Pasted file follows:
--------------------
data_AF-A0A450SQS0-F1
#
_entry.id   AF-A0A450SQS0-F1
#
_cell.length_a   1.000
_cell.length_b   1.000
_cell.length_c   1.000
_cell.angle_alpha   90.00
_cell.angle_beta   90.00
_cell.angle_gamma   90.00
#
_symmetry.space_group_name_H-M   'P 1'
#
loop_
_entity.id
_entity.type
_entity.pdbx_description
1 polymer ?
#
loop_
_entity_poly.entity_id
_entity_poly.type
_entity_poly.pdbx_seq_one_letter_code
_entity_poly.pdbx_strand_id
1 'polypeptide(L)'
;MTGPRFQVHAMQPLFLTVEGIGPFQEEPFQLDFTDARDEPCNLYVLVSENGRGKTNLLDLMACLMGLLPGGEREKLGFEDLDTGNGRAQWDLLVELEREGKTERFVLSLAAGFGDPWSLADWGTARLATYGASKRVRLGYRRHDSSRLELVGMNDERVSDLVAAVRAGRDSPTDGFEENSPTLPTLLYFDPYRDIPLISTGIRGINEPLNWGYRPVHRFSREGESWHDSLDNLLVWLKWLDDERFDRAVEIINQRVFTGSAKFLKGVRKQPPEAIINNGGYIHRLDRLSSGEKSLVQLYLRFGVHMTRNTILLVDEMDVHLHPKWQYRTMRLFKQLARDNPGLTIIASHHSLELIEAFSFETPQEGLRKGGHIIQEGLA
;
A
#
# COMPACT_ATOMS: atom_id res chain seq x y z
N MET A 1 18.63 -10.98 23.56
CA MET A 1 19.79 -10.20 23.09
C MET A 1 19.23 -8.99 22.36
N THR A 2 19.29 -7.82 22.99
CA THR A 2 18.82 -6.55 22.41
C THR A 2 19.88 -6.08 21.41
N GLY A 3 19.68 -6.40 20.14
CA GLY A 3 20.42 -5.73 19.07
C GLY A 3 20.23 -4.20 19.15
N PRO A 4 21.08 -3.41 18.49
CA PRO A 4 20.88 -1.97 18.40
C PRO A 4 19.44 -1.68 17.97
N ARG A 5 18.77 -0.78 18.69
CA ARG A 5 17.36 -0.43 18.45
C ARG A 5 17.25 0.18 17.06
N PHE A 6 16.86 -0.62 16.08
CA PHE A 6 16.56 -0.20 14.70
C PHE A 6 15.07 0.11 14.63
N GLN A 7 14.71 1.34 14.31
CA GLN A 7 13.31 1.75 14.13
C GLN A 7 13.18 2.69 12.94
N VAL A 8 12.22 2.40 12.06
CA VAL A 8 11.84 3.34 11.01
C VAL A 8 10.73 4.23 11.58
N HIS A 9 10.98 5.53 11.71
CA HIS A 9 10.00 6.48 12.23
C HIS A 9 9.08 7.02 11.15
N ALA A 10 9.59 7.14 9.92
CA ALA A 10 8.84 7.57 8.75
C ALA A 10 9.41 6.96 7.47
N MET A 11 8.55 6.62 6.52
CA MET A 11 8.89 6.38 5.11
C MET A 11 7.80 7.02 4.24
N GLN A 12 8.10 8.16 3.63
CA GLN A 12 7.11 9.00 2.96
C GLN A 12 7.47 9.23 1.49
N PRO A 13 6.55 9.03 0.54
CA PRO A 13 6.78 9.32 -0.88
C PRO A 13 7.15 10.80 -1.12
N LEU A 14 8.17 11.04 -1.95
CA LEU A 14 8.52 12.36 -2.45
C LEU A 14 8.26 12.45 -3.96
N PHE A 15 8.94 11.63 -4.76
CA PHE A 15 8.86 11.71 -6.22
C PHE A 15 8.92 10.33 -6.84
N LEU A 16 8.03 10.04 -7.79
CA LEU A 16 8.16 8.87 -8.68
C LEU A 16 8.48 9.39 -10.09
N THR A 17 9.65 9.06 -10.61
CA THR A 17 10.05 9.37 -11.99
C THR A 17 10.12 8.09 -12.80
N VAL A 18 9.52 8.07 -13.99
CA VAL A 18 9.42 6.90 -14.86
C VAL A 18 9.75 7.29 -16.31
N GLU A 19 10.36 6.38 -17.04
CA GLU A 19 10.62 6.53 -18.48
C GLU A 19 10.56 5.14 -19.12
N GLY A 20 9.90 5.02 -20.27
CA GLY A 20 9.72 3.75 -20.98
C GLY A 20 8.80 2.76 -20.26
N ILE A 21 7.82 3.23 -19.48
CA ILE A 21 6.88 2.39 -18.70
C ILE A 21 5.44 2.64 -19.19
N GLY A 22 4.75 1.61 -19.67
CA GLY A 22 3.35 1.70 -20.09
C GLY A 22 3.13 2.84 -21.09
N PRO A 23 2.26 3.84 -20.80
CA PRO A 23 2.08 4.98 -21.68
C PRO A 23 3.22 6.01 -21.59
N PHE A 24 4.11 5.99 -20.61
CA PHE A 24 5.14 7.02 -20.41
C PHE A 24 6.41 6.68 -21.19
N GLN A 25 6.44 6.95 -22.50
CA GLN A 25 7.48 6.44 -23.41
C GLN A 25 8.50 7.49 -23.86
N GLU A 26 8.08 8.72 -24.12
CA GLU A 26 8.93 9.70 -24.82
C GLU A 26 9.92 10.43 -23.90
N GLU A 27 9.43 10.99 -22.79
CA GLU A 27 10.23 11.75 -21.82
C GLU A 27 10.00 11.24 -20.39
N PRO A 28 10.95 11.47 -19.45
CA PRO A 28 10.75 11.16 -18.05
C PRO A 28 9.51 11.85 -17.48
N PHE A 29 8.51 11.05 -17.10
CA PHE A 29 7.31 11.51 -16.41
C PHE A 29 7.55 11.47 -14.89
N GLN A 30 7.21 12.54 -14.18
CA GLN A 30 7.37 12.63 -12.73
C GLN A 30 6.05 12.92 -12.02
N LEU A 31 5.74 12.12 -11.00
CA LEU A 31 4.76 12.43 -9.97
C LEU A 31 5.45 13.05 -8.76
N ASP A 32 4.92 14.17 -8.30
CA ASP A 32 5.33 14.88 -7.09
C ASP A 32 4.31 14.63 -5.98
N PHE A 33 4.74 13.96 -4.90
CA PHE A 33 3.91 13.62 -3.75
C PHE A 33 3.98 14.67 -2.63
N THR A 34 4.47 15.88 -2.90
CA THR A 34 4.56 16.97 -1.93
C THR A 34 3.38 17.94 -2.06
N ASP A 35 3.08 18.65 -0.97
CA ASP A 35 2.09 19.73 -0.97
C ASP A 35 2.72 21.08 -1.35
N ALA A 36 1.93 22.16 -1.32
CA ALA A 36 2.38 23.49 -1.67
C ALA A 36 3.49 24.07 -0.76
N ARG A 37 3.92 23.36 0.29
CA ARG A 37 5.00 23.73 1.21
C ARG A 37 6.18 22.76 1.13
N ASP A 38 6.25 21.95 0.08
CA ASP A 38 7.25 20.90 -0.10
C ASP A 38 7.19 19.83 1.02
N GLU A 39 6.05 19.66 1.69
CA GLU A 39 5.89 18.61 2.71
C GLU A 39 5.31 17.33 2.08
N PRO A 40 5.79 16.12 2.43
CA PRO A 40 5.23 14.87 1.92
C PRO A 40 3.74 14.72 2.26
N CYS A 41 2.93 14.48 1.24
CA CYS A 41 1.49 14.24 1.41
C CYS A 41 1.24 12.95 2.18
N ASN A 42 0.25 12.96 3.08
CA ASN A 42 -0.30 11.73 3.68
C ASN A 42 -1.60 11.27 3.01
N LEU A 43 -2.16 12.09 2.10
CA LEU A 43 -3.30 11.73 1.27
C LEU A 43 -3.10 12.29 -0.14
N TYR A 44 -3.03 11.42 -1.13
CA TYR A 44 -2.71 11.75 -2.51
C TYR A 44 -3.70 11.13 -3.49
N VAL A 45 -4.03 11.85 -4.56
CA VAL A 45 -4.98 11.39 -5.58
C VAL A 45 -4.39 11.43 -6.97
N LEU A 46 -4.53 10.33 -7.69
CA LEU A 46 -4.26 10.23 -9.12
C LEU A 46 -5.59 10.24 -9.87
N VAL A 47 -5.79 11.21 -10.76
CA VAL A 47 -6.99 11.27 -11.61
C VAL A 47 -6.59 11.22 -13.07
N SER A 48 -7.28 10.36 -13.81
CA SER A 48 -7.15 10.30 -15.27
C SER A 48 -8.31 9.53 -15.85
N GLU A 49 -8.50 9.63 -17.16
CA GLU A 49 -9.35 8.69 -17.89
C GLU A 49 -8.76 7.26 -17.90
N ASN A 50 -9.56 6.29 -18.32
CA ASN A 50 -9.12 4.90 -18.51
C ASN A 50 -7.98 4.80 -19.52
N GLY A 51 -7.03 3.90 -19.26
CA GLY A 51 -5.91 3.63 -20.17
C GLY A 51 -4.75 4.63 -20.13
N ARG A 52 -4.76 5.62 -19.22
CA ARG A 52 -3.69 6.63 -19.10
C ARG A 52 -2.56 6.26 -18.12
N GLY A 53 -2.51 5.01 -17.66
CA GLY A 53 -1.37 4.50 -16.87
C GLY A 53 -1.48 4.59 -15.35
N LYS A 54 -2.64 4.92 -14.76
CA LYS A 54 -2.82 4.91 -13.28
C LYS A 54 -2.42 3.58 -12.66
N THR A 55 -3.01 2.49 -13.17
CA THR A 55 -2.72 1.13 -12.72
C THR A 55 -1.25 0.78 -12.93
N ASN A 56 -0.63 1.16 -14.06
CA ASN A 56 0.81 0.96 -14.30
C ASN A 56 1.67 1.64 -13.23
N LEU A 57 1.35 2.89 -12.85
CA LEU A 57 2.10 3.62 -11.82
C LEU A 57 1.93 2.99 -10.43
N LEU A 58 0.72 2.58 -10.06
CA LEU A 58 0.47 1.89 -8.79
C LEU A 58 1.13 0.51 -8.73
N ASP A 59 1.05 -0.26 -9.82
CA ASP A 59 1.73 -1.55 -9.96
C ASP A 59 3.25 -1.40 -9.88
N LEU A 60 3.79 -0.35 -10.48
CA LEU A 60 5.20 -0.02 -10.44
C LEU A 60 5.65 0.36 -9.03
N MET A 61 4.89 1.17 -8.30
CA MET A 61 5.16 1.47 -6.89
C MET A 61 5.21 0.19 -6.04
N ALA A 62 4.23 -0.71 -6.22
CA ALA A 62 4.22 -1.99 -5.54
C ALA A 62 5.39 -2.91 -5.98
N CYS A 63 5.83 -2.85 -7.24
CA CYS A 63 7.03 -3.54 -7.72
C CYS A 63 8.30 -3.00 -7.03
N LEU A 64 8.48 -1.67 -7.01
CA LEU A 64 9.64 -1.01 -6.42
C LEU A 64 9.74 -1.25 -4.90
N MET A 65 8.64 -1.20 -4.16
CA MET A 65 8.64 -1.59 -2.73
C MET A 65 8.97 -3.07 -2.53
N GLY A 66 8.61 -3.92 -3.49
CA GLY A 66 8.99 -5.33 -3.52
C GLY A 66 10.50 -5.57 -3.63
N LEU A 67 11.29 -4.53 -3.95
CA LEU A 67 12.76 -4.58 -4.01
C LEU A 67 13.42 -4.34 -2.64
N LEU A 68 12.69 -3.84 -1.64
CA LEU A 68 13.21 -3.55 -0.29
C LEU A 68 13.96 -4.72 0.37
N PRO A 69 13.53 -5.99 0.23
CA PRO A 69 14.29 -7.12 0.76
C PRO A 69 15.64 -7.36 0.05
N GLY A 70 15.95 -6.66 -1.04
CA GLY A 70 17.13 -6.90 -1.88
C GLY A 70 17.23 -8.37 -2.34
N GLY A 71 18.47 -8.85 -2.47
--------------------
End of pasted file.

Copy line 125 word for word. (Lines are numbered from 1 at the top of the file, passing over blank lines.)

CA ASP A 32 5.33 14.88 -7.09